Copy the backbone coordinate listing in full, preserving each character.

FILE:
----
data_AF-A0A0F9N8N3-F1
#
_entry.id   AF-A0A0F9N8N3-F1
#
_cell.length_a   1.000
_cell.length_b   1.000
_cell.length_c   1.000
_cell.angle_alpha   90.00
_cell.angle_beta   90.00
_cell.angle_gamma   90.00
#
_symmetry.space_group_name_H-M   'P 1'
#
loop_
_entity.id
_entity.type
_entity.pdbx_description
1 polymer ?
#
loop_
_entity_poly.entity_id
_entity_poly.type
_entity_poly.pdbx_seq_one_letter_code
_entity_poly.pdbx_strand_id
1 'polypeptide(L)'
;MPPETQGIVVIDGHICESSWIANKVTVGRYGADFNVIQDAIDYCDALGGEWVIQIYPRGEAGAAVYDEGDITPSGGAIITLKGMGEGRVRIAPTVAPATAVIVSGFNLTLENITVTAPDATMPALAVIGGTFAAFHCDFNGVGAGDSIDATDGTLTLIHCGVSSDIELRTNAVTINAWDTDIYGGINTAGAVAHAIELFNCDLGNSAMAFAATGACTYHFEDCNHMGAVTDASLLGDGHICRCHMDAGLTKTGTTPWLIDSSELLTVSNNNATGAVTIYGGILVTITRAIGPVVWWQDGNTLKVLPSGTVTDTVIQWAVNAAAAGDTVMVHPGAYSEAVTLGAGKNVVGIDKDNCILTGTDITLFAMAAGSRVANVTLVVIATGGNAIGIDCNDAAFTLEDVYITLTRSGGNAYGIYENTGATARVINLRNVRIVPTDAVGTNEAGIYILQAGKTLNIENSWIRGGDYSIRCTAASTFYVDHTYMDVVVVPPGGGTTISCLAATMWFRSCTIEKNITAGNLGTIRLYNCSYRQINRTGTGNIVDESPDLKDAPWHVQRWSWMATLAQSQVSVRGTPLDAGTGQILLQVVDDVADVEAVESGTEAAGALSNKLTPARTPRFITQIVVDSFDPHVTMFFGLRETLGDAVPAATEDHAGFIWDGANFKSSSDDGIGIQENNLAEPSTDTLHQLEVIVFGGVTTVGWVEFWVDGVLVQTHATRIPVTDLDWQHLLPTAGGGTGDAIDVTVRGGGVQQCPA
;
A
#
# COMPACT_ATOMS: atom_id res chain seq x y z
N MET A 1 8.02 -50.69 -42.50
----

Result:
data_AF-A0A0F9N8N3-F1
#
_entry.id   AF-A0A0F9N8N3-F1
#
_cell.length_a   1.000
_cell.length_b   1.000
_cell.length_c   1.000
_cell.angle_alpha   90.00
_cell.angle_beta   90.00
_cell.angle_gamma   90.00
#
_symmetry.space_group_name_H-M   'P 1'
#
loop_
_entity.id
_entity.type
_entity.pdbx_description
1 polymer ?
#
loop_
_entity_poly.entity_id
_entity_poly.type
_entity_poly.pdbx_seq_one_letter_code
_entity_poly.pdbx_strand_id
1 'polypeptide(L)'
;MPPETQGIVVIDGHICESSWIANKVTVGRYGADFNVIQDAIDYCDALGGEWVIQIYPRGEAGAAVYDEGDITPSGGAIITLKGMGEGRVRIAPTVAPATAVIVSGFNLTLENITVTAPDATMPALAVIGGTFAAFHCDFNGVGAGDSIDATDGTLTLIHCGVSSDIELRTNAVTINAWDTDIYGGINTAGAVAHAIELFNCDLGNSAMAFAATGACTYHFEDCNHMGAVTDASLLGDGHICRCHMDAGLTKTGTTPWLIDSSELLTVSNNNATGAVTIYGGILVTITRAIGPVVWWQDGNTLKVLPSGTVTDTVIQWAVNAAAAGDTVMVHPGAYSEAVTLGAGKNVVGIDKDNCILTGTDITLFAMAAGSRVANVTLVVIATGGNAIGIDCNDAAFTLEDVYITLTRSGGNAYGIYENTGATARVINLRNVRIVPTDAVGTNEAGIYILQAGKTLNIENSWIRGGDYSIRCTAASTFYVDHTYMDVVVVPPGGGTTISCLAATMWFRSCTIEKNITAGNLGTIRLYNCSYRQINRTGTGNIVDESPDLKDAPWHVQRWSWMATLAQSQVSVRGTPLDAGTGQILLQVVDDVADVEAVESGTEAAGALSNKLTPARTPRFITQIVVDSFDPHVTMFFGLRETLGDAVPAATEDHAGFIWDGANFKSSSDDGIGIQENNLAEPSTDTLHQLEVIVFGGVTTVGWVEFWVDGVLVQTHATRIPVTDLDWQHLLPTAGGGTGDAIDVTVRGGGVQQCPA
;
A
#
# COMPACT_ATOMS: atom_id res chain seq x y z
N MET A 1 8.02 -50.69 -42.50